The IBM i Year In Review
December 14, 2016 Alex Woodie
With another year almost in the books for the IBM i community, we thought it was time to reminisce on the top stories of 2016. Security vulnerabilities, hacked AS/400s, blockbuster acquisitions, new releases of the operating system, and major conferences all garnered their share of digital ink. Here’s a rundown on the top IBM i-related stories making news this year.
It started innocently enough, way back in. . .
. . .When we asked “what should you do with your spare CPWs?” After all, you can’t take ’em with you. But with so much processing oomph on those brawny Power8 chips, there’s more than enough for the average IBM i shop. We asked that question in January and the response was not surprising. While IBM would be tickled pink if you ran some big data analytics on your Power Systems box, maybe a little Linux or something collaborative, IBM i customers just yawned.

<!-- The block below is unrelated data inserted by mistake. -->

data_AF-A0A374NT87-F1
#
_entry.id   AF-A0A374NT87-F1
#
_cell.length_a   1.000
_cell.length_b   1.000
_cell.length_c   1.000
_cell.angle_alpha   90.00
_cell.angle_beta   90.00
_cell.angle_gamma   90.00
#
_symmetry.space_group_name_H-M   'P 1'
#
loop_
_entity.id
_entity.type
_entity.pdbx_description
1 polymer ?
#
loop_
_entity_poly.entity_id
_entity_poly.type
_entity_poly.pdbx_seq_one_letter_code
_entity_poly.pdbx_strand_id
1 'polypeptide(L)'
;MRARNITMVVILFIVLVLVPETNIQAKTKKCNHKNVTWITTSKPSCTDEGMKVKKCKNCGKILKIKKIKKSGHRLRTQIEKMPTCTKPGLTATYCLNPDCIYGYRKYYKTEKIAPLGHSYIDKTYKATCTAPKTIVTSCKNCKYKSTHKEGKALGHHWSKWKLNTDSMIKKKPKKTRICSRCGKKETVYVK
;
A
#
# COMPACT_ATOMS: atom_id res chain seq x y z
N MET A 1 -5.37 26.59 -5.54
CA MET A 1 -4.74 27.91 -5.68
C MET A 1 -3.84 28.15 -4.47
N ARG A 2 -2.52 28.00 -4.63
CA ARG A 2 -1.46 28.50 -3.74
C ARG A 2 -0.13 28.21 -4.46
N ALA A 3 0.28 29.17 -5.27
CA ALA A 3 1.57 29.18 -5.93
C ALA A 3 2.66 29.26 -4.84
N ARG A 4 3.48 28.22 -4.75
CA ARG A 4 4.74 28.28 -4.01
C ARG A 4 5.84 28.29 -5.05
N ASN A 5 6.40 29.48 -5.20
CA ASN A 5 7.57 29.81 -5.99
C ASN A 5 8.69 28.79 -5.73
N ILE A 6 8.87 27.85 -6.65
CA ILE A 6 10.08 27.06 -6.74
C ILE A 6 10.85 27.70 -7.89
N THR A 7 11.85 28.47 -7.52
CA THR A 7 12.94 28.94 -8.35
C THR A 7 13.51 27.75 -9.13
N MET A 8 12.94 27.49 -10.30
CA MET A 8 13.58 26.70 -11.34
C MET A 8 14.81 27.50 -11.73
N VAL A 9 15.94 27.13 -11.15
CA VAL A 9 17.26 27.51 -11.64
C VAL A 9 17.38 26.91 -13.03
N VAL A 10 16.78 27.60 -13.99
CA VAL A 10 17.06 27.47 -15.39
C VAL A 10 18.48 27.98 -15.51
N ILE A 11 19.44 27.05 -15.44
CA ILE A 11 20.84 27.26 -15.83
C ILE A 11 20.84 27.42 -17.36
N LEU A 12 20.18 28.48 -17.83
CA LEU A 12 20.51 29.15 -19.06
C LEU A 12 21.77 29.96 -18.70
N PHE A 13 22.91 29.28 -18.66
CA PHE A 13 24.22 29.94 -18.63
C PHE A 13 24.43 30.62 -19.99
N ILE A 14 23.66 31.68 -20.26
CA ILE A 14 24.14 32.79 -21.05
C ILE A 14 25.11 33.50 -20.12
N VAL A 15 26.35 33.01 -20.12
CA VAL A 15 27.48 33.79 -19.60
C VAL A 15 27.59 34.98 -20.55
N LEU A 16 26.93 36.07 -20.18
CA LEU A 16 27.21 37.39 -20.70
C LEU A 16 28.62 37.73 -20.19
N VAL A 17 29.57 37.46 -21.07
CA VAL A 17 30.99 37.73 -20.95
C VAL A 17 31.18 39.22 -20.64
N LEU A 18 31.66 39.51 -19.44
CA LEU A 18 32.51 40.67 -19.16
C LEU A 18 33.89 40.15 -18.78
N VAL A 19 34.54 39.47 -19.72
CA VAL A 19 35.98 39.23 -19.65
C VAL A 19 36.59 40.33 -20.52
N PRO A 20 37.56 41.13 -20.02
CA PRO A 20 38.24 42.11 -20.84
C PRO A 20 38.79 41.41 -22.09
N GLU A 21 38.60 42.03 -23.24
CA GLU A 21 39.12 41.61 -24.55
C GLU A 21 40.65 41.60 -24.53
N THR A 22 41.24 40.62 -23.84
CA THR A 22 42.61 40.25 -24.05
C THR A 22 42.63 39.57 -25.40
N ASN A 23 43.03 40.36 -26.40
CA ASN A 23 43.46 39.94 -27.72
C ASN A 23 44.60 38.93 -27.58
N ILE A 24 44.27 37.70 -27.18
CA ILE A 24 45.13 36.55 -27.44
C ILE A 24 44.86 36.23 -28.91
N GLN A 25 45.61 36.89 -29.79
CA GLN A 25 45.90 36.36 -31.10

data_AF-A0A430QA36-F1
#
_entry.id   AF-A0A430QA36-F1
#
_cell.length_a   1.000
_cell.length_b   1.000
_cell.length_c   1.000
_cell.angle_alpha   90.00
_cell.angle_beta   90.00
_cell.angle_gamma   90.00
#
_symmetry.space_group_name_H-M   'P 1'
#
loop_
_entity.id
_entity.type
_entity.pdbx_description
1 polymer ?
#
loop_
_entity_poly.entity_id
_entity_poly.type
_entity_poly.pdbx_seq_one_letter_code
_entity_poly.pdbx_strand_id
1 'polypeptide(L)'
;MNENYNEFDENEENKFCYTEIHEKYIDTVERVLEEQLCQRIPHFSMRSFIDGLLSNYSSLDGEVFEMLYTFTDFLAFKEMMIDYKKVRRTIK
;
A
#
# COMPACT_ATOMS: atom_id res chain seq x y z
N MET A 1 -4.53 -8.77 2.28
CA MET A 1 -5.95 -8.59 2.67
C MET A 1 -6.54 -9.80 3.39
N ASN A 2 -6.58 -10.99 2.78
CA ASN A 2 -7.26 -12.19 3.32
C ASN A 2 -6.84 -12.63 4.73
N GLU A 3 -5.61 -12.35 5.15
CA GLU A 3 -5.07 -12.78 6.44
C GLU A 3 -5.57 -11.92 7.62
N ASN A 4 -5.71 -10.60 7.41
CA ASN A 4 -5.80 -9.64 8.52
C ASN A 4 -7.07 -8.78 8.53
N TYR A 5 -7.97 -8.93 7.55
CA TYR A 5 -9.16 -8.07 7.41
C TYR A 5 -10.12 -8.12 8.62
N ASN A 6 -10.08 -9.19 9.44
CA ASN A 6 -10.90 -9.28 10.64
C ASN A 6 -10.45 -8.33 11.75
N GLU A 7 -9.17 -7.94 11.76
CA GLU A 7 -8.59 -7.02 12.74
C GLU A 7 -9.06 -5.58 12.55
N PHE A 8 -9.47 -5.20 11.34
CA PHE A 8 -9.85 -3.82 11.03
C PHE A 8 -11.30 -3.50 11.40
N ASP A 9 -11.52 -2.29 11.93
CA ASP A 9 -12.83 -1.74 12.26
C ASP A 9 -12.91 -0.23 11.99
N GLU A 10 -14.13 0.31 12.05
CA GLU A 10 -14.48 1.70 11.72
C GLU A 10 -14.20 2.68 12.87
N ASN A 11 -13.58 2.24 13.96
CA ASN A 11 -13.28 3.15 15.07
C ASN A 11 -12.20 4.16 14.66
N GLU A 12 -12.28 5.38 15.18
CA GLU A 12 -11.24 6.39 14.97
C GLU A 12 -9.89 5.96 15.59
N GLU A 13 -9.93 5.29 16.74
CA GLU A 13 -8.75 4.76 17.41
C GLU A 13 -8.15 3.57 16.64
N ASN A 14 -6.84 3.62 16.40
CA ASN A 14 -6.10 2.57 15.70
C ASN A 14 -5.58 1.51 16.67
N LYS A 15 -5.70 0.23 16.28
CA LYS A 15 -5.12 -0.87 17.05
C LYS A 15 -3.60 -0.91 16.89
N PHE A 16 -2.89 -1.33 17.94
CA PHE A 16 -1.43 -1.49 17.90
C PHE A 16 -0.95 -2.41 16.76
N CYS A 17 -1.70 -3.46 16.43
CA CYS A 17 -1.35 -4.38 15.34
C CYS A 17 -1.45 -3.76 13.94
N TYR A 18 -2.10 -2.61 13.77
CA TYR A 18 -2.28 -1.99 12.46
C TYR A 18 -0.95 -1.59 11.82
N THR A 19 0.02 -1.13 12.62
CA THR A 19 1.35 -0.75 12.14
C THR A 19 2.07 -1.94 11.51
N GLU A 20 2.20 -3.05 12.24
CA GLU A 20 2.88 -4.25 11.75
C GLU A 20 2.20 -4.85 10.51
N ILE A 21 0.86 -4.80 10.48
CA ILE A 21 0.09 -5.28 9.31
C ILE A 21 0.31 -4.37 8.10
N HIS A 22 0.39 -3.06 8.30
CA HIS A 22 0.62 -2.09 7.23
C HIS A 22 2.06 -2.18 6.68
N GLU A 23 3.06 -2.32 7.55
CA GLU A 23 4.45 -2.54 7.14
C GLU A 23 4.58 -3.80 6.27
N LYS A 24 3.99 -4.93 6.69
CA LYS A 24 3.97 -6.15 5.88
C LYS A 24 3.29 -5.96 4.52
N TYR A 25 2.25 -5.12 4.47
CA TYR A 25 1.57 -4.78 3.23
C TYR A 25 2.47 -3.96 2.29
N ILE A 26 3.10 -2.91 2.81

HelpSystems, which like the IBM midrange server dropped the “/” from its name, ran another IBM i Marketplace Study to find out what IBM i customers are up to these days. Timothy Pricket Morgan, IT Jungle editor, publisher, brewer, and writer/analyst extraordinaire sliced and diced the numbers to find out where the customers work. Summary: The fraction of IBM i shops in the manufacturing biz has dropped by nearly half over 20 years, while those in financial services and real estate has more than doubled. When you consider where the American economy has headed, it’s not suspiring.
The first of a series of security patches, or “emergency PTFs,” for IBM i implementations of open source security protocols landed on February 1. While this round of patches targeted flaws with OpenSSH, IBM would go on to issue several patches over the year for flaws in SSL/TSL, Java, 3DES, and others. The reverberations of the 2014 revelation of the Heartbleed vulnerability in OpenSSL continued in 2016, and will likely carry over into 2017.
After analyzing the types of businesses that use IBM i, TPM used the slower early days of the year to a look at the people who work on the platform, and who make the platform work. Based on data provided by HelpSystems in its IBM i Marketplace Study, TPM surmised there were about 1.2 million people around the world engaged on the platform, including 305,000 administrators and more than 880,000 programmers. Later in the month, TPM looked at salaries of IBM i professionals with help from Bob Langieri’s Excel Technical Services. While IBM i types typically make between $80,000 and $140,000, they lag their non-IBM i colleagues by sometimes considerable margins.